Call it a spooky coincidence, but there are three screenings of The Phantom of the Opera (1925) coming up in the London area this month. Could it be that Halloween is approaching?
From the novel by Gaston Leroux, Lon Chaney creates one of his most grotesque performances as the crazed man without a face, who lives in the catacombs beneath the Paris Opera, and falls in love with the voice of a young opera singer. Infatuated, he kidnaps her, dragging her to the depths below where she will sing only for him.
The Phantom of the Opera is a spectacularly grand horror film – from its Paris Opera House setting, to lead actor Lon Chaney’s gruesome makeup, and the early use of Technicolor in the Bal masqué sequence. You really can’t beat seeing this on the big screen – and with live musical accompaniment, of course. And this month, you have two chances to do.
On 19 October 2011, you can watch The Phantom of the Opera in a very unusual location: the medieval Croydon Minster in Surrey. The screening will be accompanied by David Griggs, who will improvise a score on the church organ. Tickets cost £10 and are available by emailing firstname.lastname@example.org or calling 020 8688 8104. For more details, visit the Croydon Minster website.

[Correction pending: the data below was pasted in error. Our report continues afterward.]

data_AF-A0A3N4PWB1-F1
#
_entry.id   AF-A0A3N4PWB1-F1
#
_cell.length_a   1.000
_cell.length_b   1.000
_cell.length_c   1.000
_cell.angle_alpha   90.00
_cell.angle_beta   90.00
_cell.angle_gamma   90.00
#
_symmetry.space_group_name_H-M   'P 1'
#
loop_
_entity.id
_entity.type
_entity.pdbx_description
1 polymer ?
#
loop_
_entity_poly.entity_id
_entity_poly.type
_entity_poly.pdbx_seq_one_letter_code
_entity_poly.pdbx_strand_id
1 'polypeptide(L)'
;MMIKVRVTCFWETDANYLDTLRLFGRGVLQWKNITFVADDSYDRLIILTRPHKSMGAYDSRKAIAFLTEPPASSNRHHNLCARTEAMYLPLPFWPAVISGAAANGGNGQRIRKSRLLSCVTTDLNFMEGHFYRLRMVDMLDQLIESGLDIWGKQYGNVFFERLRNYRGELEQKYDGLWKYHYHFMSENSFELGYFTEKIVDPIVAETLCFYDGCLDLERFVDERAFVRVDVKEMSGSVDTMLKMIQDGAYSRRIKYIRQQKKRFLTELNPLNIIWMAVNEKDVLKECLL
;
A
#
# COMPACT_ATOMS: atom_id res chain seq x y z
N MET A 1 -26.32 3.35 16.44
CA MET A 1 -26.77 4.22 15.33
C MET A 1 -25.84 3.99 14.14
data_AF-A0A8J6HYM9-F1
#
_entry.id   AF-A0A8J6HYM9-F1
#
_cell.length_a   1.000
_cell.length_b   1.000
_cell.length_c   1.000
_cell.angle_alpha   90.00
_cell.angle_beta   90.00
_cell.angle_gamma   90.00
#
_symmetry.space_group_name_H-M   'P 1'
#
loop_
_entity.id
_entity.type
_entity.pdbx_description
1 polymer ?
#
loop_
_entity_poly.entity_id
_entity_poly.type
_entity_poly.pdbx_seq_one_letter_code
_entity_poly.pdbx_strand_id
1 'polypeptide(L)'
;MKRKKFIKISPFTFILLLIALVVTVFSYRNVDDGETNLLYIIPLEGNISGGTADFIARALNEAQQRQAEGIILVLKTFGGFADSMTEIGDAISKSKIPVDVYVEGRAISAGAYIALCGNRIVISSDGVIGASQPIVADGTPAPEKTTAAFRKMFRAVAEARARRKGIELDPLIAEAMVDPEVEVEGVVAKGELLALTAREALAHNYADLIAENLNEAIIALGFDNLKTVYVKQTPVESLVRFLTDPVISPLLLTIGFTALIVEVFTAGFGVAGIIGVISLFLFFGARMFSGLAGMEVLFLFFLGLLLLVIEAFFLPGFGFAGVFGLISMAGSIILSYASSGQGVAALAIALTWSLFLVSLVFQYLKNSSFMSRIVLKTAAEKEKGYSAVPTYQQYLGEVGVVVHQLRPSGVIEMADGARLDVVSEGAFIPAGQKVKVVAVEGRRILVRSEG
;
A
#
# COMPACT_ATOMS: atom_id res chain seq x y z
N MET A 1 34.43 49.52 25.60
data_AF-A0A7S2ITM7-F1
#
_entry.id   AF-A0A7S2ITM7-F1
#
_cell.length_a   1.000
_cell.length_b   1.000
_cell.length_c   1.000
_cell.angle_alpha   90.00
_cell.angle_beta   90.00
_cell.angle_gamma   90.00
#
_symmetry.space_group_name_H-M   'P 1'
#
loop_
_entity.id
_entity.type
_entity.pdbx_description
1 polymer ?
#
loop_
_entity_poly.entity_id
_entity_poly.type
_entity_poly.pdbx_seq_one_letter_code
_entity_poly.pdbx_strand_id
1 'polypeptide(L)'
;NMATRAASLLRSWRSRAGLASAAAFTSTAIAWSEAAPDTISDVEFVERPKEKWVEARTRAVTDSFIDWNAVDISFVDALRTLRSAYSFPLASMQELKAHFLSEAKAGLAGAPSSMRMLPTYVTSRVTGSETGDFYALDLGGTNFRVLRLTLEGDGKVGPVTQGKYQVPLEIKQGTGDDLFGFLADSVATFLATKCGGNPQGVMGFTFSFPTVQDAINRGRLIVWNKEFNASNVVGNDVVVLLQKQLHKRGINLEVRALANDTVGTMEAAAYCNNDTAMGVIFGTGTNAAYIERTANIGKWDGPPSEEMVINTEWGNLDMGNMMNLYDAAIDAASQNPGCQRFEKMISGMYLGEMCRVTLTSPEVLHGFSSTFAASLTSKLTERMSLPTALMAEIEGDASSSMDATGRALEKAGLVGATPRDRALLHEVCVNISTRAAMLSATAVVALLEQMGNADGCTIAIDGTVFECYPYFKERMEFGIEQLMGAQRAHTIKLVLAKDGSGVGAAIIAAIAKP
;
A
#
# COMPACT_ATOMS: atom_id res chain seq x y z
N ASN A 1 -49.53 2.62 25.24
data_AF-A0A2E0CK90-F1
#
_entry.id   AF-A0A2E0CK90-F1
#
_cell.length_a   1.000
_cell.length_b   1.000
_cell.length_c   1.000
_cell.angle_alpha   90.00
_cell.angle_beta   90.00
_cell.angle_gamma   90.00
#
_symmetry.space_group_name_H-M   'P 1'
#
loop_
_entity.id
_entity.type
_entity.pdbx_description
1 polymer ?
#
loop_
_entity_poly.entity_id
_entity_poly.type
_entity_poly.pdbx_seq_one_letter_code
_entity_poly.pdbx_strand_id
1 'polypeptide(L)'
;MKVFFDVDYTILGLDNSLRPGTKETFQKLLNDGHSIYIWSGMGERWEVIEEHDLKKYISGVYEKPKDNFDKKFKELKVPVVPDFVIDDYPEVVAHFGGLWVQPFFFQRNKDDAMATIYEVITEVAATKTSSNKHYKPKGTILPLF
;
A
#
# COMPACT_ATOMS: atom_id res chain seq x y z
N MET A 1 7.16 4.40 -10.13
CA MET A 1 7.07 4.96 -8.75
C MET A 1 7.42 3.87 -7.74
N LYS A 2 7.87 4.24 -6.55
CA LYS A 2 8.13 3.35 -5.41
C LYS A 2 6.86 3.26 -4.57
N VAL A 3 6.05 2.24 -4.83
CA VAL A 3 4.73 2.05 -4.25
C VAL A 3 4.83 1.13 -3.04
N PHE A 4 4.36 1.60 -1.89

The Phantom of the Opera is haunting the West End too. On 27 October 2011, the Prince Charles Cinema will be screening the film with piano accompaniment by Costas Fotopoulos. The PCC’s silent screenings always have a great atmosphere, so this should be a suitably spine-tingling way to kick off the the Halloween weekend. Tickets cost £11 or £7 for concessions and are available from the PCC website.
And the Phantom can also be found at London’s newest cinema. The box-fresh Hackney Picturehouse hosts a screening of the film, with a live soundtrack by Wirral band the Laze.
This Halloween they bring Picturehouse their bespoke score for the classic silent horror Phantom of the Opera (1925). Influenced by a history of horror soundtracks, from Bernard Hermann & Angelo Badalamenti to Goblin & John Carpenter, The Laze implement elements of Progressive Rock, Classical, Jazz, Doom and Electronica in their auteur musical accompaniment.